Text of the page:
Land Use Leadership Alliance Training Program

The Land Use Law Center, is one of the country’s preeminent organizations dedicated to fostering the development of sustainable communities through the promotion of innovative land use strategies and collaborative decision-making techniques. Through its award winning Land Use Leadership Alliance (LULA) Training Program, the Center puts needed technical and process tools in the hands of local leaders whose decisions create the land use patterns and blueprint for future development and conservation. Since 1995, over 3,000 leaders across five states (including Utah & Colorado) have graduated from the LULA Training Program. The program is also the recipient of the American Planning Association’s (APA) 2009 National Leadership Award for Planning Advocates, for which the APA cited the LULA’s design “to inspire respected local land use leaders and planners to be effective agents of change in their communities” and called it “the most extensive land use leaders training program in the country.”

"A model program for the nation, one that is institutionalizing sustainable development at the local level."
- Paul Johnson, Former Chief of the Natural Resources
Conservation Service, USDA

Program Description

Tiffany Zezula presentingThe LULA training program was founded in 1995 to address general land use matters in the suburban and rural communities of New York State.  Since then, it has expanded to train leaders in New Jersey, Connecticut, Pennsylvania, Utah, and Colorado and its curriculum has grown to include issues faced in urban communities, issues of resiliency & sea level rise, economic development, watershed management and fair & affordable housing.  Each four-day program is designed to meet the needs of its participants and their communities by focusing on both foundational and cutting-edge information related to their priority land use issues.  Participants are given a range of tools and techniques to utilize in both the land use and decision-making contexts.

Participating in the LULA Program

Candidates for this program are respected and objective local leaders who are nominated by the program’s steering committee, sponsors, and trainers. Nominees are often chairs and members of the legislative body; planning and zoning board members; administrative board members; members of other local bodies involved in the land use process; local landowners, developers, business leaders, community activists, and representatives of civic and environmental groups.

LULA Theory & Practice

arm wrestlingWhen accepting nominations, we look for candidates who use law and consensus building theory to help their communities understand that solutions to complex, persistent problems are more likely to be reached through authentic collaborative initiatives than adversarial processes.  Each day, participants in the program engage in lecture-based learning, experiential learning, and unstructured, social interaction with other leaders. Through unstructured components and breakout sessions, participants develop relationships, build trust, and learn from the experiences of other leaders.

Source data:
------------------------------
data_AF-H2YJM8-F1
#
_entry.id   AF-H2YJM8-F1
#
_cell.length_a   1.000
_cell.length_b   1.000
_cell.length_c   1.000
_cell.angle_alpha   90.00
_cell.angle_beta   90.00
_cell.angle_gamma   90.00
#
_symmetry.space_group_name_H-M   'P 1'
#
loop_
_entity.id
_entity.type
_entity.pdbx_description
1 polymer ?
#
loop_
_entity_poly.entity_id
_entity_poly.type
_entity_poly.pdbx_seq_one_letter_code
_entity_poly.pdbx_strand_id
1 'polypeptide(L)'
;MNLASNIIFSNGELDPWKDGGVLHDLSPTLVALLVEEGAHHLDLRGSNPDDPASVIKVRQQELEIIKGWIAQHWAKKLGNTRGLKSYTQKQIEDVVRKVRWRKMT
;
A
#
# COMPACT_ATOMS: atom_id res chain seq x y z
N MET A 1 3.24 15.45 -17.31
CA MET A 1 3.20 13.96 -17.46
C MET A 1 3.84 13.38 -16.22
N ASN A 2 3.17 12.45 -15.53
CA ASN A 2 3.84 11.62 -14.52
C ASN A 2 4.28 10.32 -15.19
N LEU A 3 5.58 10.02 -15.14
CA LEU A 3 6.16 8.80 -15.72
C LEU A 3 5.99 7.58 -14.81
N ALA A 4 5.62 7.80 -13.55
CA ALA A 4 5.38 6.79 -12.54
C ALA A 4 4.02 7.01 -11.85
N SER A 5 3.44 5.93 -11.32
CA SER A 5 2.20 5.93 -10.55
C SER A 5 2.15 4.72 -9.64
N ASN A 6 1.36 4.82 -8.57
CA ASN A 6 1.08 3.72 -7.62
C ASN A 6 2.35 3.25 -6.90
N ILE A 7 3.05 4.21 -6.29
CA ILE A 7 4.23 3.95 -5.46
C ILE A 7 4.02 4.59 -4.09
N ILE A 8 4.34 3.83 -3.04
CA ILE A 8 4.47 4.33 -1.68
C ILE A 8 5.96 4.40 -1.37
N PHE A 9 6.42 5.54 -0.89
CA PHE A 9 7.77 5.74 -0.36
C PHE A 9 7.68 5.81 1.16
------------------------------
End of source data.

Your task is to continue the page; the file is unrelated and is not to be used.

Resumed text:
The teaching of the LULA program is based on a “train the trainer” model, through which participants are empowered to share their program experience with others. This model encourages the creation of leadership networks, initiates and supports grassroots regionalism, creates opportunities for civic engagement, and fosters sustainable communities. Responsive to the articulated goals of the assembled participants, the LULA curriculum is designed with sufficient flexibility to adjust to participants’ greatest concerns and arms participants with more than just relevant knowledge; most leave with a renewed sense of empowerment to assist their community in its ability to deal with change.


LULA groupMany of the program’s graduates have reported significant success in leading their communities to effective action to preserve historic centers, revitalize their riverfronts, arrest negative development patterns, achieve intermunicipal planning, preserve farm land, and to enhance their economic development prospects through revitalization techniques.

Click here for more information on the LULA program

Resources for LULA Graduates
Tiffany Zezula facilitating LULA groupParticipation in the LULA program does not end after four days.
Below are just a few of the Land Use Law Center’s resources that are available to LULA graduates at any time.

Gaining Ground Database
The Center’s Gaining Ground Information Database features methods used by government to control the use of land in the public interest.  It can be browsed by research topic and includes a collection of federal, state, and local ordinances; commentaries; research papers; and research aids.

Technical Assistance
In addition, graduates can find further information on our website by clicking on upcoming events or by clicking here to view our list of services.

DEC Walkill LULA May 2018